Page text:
I.E.P.'s Made Easy
by Debbie Mills Spring 1995
Jim and Debbie Mills homeschool their 7 children in San Diego, California. They are NATHHAN's CA state coordinators and have generously shared their time with many homeschooling families. They are support group leaders of Special Children -Special Blessings, special education consultants, and are available for presentations, counsel and encouragement.
For the last several years, I have been developing I.E.P.'s (Individual Education Programs) for my challenged teenage son, as well as for my other five children including the baby!
For many children with disabilities the traditional scope and sequence does not apply. When there are no text books to work through, the I.E.P. becomes the curriculum. By giving every day activities an academic \ life skill equivalent and "framing" it into an I.E.P. we can do "school work" every day and not even open a book, if necessary. On those days when I feel like we didn't get anything done, I can look at our I.E.P. goals and objectives and realize that important learning did indeed take place.
It is easy to put together an I.E.P. It is simply a way of organizing information about your child and putting it into your everyday life.
STEP ONE - Pray for direction.
STEP TWO - List priorities. Go on a working date with your spouse and ask yourselves "What are the most important areas for our child to grow in? What areas will he\she have the most success?
STEP THREE - Set domains. Determine how you will organize this information. Group each area of goals into "domains". You might divide a sheet of 8 1/2 by 11 paper in quarters and assign a heading to each of the four sections or "domains". 1. academic 2. self-help 3. Domestic 4. Spiritual\Character development etc. Domains are limited only by your imaginations. Try to limit it to 4 - 6 so that it doesn't get confusing.
STEP FOUR - Set long range goals. Now that you have decided upon priorities for your child, you can set some goals. When setting goals keep in mind these four things.
1. Is it appropriate for my child?
2. Is it attainable in a reasonable length of time?
3. Is it measurable, by observation or demonstration?
4. How will it be accomplished?
For example, a goal for my son might read as follows:
Domain heading: Self -help.
In one years time, Trevor will be able to: put his socks on independently and put his shoes on the right \ left foot properly.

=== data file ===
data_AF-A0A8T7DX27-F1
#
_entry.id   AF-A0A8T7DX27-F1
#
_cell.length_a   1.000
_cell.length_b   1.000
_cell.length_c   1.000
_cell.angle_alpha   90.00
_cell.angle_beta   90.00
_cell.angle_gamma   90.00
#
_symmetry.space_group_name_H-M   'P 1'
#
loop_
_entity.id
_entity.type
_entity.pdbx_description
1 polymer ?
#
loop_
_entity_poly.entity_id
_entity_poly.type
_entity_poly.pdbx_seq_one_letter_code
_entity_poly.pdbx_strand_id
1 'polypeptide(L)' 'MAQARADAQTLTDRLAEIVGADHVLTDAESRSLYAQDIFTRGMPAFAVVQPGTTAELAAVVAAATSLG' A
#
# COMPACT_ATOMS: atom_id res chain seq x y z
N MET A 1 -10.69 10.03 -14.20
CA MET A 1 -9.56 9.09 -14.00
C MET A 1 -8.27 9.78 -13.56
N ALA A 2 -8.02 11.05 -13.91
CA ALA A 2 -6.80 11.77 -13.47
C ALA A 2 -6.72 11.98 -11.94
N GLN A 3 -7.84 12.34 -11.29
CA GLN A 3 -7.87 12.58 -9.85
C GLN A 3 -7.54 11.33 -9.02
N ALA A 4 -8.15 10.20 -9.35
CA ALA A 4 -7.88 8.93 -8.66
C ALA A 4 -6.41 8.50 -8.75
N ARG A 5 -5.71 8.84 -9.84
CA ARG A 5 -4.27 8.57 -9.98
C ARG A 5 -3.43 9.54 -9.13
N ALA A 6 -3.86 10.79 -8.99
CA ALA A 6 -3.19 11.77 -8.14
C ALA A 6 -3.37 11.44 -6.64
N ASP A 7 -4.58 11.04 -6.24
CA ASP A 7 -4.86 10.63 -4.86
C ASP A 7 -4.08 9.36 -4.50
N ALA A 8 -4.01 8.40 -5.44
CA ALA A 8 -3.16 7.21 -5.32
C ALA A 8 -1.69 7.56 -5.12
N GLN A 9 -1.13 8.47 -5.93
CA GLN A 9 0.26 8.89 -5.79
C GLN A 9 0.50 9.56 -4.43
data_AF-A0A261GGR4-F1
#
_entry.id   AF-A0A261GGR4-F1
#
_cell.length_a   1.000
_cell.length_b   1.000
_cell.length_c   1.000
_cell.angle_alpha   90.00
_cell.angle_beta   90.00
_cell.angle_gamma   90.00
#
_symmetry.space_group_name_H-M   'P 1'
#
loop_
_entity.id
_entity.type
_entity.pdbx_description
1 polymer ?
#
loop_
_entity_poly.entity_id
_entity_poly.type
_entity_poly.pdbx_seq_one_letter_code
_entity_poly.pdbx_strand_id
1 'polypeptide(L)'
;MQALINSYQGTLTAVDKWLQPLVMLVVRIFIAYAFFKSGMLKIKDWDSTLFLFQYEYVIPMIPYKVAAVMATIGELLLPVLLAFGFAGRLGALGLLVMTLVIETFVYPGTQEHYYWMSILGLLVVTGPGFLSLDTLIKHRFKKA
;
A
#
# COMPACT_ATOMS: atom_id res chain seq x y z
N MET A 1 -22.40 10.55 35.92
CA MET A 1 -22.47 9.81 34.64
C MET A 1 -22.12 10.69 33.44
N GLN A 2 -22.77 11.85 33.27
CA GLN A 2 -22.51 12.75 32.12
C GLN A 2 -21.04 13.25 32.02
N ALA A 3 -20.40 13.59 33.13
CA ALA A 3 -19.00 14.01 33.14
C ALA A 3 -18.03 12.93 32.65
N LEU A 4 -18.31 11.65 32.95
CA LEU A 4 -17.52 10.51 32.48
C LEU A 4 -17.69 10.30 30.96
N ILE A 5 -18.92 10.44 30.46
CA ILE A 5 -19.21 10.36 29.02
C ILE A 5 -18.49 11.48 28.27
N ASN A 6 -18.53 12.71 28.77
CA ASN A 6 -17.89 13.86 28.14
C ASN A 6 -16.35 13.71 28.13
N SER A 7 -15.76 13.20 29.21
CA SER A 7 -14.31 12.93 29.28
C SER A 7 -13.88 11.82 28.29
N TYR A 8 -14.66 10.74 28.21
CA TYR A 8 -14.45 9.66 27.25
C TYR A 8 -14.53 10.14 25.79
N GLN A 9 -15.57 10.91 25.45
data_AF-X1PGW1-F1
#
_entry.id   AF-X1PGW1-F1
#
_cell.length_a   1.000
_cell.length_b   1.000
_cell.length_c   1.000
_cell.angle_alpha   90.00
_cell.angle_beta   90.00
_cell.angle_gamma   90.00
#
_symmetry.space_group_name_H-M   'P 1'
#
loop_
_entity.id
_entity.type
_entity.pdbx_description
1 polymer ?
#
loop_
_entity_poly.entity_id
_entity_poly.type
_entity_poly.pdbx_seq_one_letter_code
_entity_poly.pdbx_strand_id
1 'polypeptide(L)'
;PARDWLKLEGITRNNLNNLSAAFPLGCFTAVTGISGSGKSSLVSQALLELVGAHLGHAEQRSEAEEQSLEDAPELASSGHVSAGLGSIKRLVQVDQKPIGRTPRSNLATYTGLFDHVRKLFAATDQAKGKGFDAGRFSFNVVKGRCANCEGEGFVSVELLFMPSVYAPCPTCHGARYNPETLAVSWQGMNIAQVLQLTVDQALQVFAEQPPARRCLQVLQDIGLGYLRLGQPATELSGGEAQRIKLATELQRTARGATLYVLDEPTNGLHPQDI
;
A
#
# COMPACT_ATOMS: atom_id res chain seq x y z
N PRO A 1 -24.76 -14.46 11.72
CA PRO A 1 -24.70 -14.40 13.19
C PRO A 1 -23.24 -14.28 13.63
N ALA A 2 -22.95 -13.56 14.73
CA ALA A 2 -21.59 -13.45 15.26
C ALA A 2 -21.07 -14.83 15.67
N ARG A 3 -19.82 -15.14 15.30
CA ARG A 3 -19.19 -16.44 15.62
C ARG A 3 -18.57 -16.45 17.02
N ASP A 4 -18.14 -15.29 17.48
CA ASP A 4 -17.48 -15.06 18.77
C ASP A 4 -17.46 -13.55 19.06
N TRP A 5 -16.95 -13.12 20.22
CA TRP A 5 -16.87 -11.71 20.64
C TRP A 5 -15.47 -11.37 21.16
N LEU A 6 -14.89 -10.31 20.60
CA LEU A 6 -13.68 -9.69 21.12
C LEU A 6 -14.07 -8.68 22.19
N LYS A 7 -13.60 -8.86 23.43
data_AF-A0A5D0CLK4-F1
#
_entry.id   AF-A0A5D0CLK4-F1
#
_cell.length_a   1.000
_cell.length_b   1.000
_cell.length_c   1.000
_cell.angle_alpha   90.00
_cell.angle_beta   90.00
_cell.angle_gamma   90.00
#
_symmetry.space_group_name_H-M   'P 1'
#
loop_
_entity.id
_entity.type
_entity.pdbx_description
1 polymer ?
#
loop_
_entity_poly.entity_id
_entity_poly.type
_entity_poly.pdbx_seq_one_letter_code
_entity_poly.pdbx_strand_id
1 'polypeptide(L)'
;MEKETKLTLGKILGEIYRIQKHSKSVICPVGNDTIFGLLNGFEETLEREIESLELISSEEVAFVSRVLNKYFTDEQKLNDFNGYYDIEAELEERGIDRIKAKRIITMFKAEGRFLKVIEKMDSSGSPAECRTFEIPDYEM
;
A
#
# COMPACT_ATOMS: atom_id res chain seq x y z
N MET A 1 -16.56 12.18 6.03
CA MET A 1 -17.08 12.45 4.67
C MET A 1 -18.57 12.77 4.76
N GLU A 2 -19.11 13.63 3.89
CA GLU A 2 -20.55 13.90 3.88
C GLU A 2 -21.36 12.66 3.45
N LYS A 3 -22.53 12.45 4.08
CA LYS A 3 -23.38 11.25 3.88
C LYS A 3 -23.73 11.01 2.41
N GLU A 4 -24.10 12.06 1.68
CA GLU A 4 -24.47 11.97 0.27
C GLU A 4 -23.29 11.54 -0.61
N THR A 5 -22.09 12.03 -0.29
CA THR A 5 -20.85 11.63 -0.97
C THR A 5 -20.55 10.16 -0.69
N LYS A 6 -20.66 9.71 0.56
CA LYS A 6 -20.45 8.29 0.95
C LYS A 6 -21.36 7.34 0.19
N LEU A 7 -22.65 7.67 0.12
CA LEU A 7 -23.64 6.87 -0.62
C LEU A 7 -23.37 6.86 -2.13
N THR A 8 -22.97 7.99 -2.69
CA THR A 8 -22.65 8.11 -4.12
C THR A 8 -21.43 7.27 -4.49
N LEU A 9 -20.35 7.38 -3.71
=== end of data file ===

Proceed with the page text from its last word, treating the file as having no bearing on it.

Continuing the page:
Currently, Trevor cannot accomplish these tasks, so that becomes his base line that we will be comparing against next year. It is a measurable task because I can easily evaluate it by his demonstration.
In selecting appropriate goals I will usually refer to several resources: A regular education scope and sequence will give academic information regarding your child's chronological age, as well as developmental age.
A special education functional skills inventory will give you other ideas.
STEP FIVE - Set short term objectives. How will the goals be accomplished in the home? As parents, we are responsible to see that the long range goals are met. To do this we must set short term goals. This is the actual working part of the I.E.P., the daily steps that you will take to reach the annual goal. For example:
Domain: Domestic skills.
Long range goal: In one years time, Trevor will scrape and rinse the dirty dinner dishes and load \unload the dish washer without prompting, staying on task until the job is done.
Short term objective: Trevor will empty \load the dishwasher as per daily chore schedule under parent supervision.
As the parent\instructors we are able to assist Trevor daily with his "chores". We can also evaluate (measure) his progress by watching him (demonstration). Periodically, I will indicate with a slash (\) on his I.E.P. that the task was introduced. The slash (\) becomes an (X) when the task is completed. I also note the assessment date.
Most of our I.E.P. goals are implemented by our family schedule. Domestic skills become "chores", academics are "school work" or "tutor time", communication skills become "phone privileges". Spiritual goals are accomplished by family devotion time, AWANA and going to church. Community goals can become family camp outs, shopping with Mom and so on.
Remember to keep it simple. Resist the urge to attempt a lot of new skills. It is better in the long run to be consistent in the small things. Fit your plan comfortably into your family's way of life. As the year progresses, you have the freedom to "flex" the schedule and possibly adjust the I.E.P goals if needed.
As parents, we are not required to know everything about all disabilities. You know your child best. You can become an expert in the field of his or her special needs.